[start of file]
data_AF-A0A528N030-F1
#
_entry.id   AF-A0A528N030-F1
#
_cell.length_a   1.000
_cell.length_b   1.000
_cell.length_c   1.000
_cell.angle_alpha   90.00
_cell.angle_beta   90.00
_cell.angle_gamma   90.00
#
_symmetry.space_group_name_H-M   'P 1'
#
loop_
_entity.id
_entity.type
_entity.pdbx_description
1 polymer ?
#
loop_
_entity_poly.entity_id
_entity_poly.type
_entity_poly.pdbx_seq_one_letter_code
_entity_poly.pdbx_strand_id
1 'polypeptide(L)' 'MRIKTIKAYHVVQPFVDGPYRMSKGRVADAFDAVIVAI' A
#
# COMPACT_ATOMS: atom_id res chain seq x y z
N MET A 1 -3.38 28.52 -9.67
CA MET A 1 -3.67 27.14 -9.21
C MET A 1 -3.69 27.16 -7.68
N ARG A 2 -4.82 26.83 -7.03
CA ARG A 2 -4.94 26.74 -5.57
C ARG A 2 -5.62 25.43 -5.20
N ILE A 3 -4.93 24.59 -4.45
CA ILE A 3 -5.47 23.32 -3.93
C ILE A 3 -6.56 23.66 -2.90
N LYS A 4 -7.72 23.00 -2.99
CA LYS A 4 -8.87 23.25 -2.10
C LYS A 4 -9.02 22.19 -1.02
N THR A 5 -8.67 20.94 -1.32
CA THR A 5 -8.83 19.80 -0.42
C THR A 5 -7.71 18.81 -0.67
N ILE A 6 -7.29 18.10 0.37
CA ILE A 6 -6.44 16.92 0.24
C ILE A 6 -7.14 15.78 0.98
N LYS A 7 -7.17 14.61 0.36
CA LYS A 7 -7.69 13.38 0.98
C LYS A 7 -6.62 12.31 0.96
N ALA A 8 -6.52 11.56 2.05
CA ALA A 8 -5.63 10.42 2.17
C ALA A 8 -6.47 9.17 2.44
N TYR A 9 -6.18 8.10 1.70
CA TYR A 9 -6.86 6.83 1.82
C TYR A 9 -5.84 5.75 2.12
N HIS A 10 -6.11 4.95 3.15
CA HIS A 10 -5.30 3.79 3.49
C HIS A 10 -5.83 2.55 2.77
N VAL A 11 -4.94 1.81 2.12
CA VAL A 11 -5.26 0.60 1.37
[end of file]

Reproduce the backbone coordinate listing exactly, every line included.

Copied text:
data_AF-A0A528N030-F1
#
_entry.id   AF-A0A528N030-F1
#
_cell.length_a   1.000
_cell.length_b   1.000
_cell.length_c   1.000
_cell.angle_alpha   90.00
_cell.angle_beta   90.00
_cell.angle_gamma   90.00
#
_symmetry.space_group_name_H-M   'P 1'
#
loop_
_entity.id
_entity.type
_entity.pdbx_description
1 polymer ?
#
loop_
_entity_poly.entity_id
_entity_poly.type
_entity_poly.pdbx_seq_one_letter_code
_entity_poly.pdbx_strand_id
1 'polypeptide(L)' 'MRIKTIKAYHVVQPFVDGPYRMSKGRVADAFDAVIVAI' A
#
# COMPACT_ATOMS: atom_id res chain seq x y z
N MET A 1 -3.38 28.52 -9.67
CA MET A 1 -3.67 27.14 -9.21
C MET A 1 -3.69 27.16 -7.68
N ARG A 2 -4.82 26.83 -7.03
CA ARG A 2 -4.94 26.74 -5.57
C ARG A 2 -5.62 25.43 -5.20
N ILE A 3 -4.93 24.59 -4.45
CA ILE A 3 -5.47 23.32 -3.93
C ILE A 3 -6.56 23.66 -2.90
N LYS A 4 -7.72 23.00 -2.99
CA LYS A 4 -8.87 23.25 -2.10
C LYS A 4 -9.02 22.19 -1.02
N THR A 5 -8.67 20.94 -1.32
CA THR A 5 -8.83 19.80 -0.42
C THR A 5 -7.71 18.81 -0.67
N ILE A 6 -7.29 18.10 0.37
CA ILE A 6 -6.44 16.92 0.24
C ILE A 6 -7.14 15.78 0.98
N LYS A 7 -7.17 14.61 0.36
CA LYS A 7 -7.69 13.38 0.98
C LYS A 7 -6.62 12.31 0.96
N ALA A 8 -6.52 11.56 2.05
CA ALA A 8 -5.63 10.42 2.17
C ALA A 8 -6.47 9.17 2.44
N TYR A 9 -6.18 8.10 1.70
CA TYR A 9 -6.86 6.83 1.82
C TYR A 9 -5.84 5.75 2.12
N HIS A 10 -6.11 4.95 3.15
CA HIS A 10 -5.30 3.79 3.49
C HIS A 10 -5.83 2.55 2.77
N VAL A 11 -4.94 1.81 2.12
CA VAL A 11 -5.26 0.60 1.37